Recent Advances in Piezoelectric Materials for Electromechanical Transducer Applications

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IEEE Transactions on Ultrasonics, Ferroelectrics, and Frequency Control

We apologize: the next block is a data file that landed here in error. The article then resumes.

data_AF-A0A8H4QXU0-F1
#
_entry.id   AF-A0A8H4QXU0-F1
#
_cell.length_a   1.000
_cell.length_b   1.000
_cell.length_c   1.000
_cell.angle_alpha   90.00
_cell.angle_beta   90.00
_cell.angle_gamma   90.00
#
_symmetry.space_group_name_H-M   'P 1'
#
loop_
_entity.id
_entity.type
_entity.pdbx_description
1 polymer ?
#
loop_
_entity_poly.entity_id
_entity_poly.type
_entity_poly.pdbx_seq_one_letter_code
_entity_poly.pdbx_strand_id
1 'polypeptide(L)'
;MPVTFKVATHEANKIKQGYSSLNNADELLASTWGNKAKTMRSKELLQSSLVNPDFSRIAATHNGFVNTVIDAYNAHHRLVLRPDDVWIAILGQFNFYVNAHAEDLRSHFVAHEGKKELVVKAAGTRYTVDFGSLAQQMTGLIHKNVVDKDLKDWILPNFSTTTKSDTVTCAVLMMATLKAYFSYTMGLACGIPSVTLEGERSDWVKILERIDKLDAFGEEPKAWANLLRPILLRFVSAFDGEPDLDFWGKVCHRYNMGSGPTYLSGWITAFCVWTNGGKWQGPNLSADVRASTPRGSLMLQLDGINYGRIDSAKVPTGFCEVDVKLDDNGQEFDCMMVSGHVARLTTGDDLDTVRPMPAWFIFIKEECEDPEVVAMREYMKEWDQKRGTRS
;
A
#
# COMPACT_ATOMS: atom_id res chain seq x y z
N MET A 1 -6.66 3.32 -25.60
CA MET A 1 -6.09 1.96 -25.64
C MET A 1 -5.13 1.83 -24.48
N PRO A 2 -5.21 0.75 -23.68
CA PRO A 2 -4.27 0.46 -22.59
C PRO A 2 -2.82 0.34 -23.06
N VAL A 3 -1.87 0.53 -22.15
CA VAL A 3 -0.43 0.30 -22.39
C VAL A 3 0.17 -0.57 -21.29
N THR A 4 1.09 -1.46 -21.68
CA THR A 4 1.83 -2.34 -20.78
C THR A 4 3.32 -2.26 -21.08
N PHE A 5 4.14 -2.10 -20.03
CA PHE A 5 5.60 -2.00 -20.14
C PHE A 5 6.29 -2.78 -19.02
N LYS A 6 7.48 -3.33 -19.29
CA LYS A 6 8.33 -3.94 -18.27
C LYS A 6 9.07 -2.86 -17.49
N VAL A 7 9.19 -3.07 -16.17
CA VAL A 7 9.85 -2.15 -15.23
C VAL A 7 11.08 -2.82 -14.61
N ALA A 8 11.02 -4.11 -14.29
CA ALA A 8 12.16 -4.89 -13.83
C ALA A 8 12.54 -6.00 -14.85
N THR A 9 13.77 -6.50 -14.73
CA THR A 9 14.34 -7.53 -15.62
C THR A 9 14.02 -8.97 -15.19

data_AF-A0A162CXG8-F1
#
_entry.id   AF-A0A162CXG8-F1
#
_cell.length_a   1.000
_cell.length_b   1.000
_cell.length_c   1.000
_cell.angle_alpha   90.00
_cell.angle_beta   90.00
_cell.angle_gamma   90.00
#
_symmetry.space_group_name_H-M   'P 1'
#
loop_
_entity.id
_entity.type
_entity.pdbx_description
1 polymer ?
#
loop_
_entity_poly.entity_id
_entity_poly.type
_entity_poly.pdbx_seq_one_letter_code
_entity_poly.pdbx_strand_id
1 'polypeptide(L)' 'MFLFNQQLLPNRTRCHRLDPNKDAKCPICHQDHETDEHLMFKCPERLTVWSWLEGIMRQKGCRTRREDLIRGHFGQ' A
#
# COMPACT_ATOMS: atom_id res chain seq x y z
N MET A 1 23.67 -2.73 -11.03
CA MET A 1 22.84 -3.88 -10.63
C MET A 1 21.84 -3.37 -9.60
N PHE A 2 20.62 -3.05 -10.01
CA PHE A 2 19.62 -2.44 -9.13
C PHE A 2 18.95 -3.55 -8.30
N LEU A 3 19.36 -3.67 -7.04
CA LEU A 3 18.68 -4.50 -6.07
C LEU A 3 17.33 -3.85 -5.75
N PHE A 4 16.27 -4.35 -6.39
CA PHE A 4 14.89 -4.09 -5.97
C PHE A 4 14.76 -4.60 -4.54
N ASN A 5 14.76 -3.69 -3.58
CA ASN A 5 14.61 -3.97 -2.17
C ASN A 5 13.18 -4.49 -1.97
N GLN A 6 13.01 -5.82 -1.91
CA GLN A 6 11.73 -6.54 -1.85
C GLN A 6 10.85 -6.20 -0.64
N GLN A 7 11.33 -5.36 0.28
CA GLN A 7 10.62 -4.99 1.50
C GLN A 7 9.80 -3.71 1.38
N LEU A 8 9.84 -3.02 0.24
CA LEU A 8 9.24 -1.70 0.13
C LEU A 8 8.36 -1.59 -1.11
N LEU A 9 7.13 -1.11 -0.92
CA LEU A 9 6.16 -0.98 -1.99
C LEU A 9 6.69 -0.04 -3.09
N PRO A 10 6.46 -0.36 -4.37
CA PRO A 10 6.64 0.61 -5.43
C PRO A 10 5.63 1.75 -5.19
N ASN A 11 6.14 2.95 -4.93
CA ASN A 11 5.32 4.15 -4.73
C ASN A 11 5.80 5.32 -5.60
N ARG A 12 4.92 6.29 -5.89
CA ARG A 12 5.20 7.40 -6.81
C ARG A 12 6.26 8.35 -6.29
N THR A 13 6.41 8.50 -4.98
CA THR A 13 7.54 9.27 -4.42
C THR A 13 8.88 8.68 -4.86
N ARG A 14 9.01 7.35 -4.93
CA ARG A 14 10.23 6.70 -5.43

Ferroelectricity has made a huge impact on science and technology since Joseph Valasek (then a Ph.D. student at the University of Minnesota) discovered it in 1920, a little longer than 100 years ago. Whereas Dr. Valasek's original research was motivated by the need to develop seismic sensors, at present ferroelectric materials have been extensively studied for applications in high-energy capacitors, energy harvesting systems, night vision sensors, and electrocaloric solid cooling, and, of particular significance, the ferroelectrics are the material-of-choice for numerous electromechanical devices, including underwater acoustic transducers, medical diagnostic and therapeutic transducers, piezoelectric actuators, and ultrasonic motors, to name a few. The progress over the past 100 years has been enormous and it is ongoing: for example, the piezoelectric coefficient d of ferroelectrics has increased from a few pico-Coulomb per Newton to several thousand pico-Coulomb per Newton, which benefits all piezoelectric sensing and actuation devices.

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